Anquan Boldin, WR SF – He’s always been a big favorite for quarterback Colin Kaepernick and now with Vernon Davis likely out this week, his 26.3-percent target rate, which leads all 49ers receivers mind you, could see an increase. More shallow leagues or leagues that either don’t start three receivers or don’t have a flex may be where you can find Boldin still lingering on the waiver wire. The expectations that Davis and Michael Crabtree will dominate the looks isn’t too far off, but Boldin is never a guy you can count out.
Larry Donnell, TE NYG – Every time I hear his name mentioned, I immediate think of the beginning of the movie Major League where the guy is looking over the roster and says, “Mitchell Friedman?” I mean, who is this guy? The unheralded second-year tight end out of Grambling University has been a major favorite of Eli Manning’s through the first two games. He’s certainly helping his cause with a 70.6-percent catch rate and could start moving up on the tight end list should he continue ot get the looks. Definitely someone to put on your watch-list if the Giants fan in your league (there’s always one) hasn’t already scooped him up.
Red Zone Target Leaders
Steve Smith, WR BAL – With all the marquee names out there, it’s still the Old Guard getting it done in the red zone. Smith and Joe Flacco look like they’ve been playing together for years. Smith is dominating in overall targets, but more importantly, he’s getting a third of the red zone targets on this Ravens team. Smith always looks like a great option in PPR leagues, but if he can continue getting this much red zone work, he could return to the top of the food chain in standard leagues as well.
Julian Edelman, WR NE – He’s not just the possession receiver anymore, is he? Similarly to the step forward Antonio Brown took between 2012 and 2013, Edelman could be making that jump here in 2014 as well. Sure, Rob Gronkowski is a big target and a red zone favorite of Tom Brady, but Edelman is a savvy enough receiver to fight his way into the mix here. If he continues to see a strong percentage of the red zone looks, he too will make a jump in value in standard leagues.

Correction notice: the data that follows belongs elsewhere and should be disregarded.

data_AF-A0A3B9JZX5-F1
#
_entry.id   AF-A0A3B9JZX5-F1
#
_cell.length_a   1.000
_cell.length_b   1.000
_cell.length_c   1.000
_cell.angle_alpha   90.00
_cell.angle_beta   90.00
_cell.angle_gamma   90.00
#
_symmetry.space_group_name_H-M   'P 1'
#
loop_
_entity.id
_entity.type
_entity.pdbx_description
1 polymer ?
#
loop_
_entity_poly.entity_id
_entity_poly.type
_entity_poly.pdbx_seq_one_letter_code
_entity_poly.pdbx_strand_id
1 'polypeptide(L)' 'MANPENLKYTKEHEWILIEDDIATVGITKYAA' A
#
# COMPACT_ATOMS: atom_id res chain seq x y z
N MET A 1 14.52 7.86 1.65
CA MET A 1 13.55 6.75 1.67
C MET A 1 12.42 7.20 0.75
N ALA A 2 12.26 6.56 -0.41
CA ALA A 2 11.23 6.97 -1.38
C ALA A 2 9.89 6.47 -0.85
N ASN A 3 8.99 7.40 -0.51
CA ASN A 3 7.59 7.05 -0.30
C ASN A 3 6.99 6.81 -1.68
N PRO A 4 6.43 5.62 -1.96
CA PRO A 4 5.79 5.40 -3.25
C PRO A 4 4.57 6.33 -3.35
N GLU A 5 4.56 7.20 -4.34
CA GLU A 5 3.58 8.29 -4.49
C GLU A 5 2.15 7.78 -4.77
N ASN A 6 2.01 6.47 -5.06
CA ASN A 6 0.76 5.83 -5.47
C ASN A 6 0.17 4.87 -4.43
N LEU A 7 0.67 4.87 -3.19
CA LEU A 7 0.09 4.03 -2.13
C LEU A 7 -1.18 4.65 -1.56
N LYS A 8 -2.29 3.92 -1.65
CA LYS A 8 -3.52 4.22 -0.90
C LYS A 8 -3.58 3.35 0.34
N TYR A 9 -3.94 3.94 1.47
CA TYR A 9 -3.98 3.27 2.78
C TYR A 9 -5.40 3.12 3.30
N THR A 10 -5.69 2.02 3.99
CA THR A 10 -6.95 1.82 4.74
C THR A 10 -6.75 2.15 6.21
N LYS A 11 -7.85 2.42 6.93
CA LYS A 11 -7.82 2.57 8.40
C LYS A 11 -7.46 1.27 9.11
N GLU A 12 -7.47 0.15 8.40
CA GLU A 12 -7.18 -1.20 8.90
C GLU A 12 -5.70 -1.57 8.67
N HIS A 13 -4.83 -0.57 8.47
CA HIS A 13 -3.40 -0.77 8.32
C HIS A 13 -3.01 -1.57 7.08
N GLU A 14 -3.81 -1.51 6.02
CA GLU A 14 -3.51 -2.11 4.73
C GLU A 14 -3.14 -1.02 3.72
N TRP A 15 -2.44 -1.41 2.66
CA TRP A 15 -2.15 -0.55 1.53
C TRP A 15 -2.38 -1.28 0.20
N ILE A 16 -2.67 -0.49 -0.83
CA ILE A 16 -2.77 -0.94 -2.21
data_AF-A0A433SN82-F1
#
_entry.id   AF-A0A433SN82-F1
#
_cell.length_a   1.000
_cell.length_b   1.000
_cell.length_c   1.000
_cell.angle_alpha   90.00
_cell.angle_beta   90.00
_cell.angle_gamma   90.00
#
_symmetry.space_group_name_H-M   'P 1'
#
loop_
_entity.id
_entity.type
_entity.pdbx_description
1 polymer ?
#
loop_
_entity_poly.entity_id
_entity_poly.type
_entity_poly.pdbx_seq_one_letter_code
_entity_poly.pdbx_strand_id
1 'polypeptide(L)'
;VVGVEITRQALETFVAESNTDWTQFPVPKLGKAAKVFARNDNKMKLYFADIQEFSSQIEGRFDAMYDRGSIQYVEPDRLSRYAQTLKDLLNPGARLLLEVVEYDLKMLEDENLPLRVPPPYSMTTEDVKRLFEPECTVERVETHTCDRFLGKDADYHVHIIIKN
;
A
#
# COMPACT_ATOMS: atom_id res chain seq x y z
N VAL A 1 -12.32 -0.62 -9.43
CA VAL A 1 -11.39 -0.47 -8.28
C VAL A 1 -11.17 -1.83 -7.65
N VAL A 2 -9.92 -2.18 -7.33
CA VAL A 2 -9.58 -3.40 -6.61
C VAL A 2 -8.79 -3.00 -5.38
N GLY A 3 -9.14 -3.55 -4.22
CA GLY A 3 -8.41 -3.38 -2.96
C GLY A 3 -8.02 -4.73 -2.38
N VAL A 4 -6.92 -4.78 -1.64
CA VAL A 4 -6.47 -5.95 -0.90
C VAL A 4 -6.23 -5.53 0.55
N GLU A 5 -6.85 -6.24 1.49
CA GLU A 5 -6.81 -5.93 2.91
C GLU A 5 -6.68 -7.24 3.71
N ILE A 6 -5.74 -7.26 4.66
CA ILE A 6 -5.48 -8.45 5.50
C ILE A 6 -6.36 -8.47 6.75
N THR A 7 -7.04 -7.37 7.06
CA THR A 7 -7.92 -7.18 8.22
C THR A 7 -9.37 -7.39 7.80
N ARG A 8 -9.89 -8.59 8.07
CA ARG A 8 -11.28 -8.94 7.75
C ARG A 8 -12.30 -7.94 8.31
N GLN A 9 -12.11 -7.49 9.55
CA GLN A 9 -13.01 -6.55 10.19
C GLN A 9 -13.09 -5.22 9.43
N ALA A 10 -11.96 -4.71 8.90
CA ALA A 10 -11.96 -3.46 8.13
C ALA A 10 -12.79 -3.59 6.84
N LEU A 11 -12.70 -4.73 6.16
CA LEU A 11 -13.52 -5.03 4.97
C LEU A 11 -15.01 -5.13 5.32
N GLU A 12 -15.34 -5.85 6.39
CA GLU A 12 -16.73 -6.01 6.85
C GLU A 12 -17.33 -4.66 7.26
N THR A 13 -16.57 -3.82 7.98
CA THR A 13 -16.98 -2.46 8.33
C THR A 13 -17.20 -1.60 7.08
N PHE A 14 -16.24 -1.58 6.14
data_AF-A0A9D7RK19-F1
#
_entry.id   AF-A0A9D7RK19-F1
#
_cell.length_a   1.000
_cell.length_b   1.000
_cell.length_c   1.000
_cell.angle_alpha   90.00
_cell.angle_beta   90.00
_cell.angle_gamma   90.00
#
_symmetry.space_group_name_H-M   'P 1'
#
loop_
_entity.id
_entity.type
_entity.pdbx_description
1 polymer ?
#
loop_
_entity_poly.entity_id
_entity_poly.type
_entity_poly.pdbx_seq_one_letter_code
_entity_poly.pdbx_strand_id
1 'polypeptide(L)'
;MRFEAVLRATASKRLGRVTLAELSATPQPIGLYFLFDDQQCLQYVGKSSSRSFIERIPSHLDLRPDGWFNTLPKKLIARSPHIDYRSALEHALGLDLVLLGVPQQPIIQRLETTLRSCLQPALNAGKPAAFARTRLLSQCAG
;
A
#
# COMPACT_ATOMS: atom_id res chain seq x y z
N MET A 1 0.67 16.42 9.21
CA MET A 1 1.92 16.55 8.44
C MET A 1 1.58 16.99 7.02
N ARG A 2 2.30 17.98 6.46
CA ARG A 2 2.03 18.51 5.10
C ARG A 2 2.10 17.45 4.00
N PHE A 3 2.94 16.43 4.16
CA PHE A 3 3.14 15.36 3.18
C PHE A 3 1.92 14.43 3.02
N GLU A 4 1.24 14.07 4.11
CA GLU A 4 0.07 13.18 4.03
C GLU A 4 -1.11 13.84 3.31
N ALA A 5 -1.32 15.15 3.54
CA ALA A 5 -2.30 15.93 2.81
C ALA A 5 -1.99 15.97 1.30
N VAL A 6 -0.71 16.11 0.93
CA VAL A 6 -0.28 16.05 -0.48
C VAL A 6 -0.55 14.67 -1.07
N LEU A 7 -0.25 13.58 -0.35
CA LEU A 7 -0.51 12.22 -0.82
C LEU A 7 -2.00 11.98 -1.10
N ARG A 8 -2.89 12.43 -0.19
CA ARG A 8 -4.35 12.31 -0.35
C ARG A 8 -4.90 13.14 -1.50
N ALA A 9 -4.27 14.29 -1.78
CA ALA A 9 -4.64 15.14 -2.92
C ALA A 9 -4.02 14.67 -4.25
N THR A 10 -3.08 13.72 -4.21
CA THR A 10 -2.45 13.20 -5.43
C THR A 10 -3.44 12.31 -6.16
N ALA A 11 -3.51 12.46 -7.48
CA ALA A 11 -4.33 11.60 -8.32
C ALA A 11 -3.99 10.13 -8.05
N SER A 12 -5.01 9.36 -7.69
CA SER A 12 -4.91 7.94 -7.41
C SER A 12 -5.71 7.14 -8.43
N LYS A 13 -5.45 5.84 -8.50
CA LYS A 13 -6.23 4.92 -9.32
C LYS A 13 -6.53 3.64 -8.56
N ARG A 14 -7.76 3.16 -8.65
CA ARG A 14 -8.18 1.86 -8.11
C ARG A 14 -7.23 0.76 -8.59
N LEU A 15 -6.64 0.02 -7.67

And another quick nod to James Jones here as his four red zone targets make up 57.1 percent of the red zone targets for the Raiders. So he’s not only getting the overall targets, garbage time or not, he’s also the first guy Carr is looking for inside the 20. Delanie Walker gets that same nod as well.
|Mohamed Sanu, WR CIN|
|Alshon Jeffery, WR CHI|
|Kendall Wright, WR TEN|
|Cordarrelle Patterson, WR MIN|
|Kyle Rudolph, TE MIN|
|Denarius Moore, WR OAK|
|Justin Hunter, WR TEN|
|Harry Douglas, WR ATL|
|Allen Hurns, WR JAC|
|Eddie Royal, WR SD|
Week 3 Match-up to Watch
Indianapolis Colts at Jacksonville Jaguars – While you don’t often look at the Jaguars as a place to mine for fantasy gold, the fact that the Colts have given up 610 receiving yards with four receiving touchdowns through two weeks speaks volumes as to the quality of their pass defense. Cecil Shorts could make his season debut and both Allen Hurns and Marqise Lee could be viable targets for Chad Henne who is expected to play as if his job is at stake, which it is. On the other side, it’s a high-octane Colts against a Jags pass defense that has allowed an average of 300 receiving yards per game and a total of four receiving touchdowns this season. You definitely want to be fighting the good fight with the likes of T.Y. Hilton, Reggie Wayne and Hakeem Nicks. Not to mention Ahmad Bradshaw out of the backfield and the two tight end. The ‘over’ in this game is looking mighty tasty.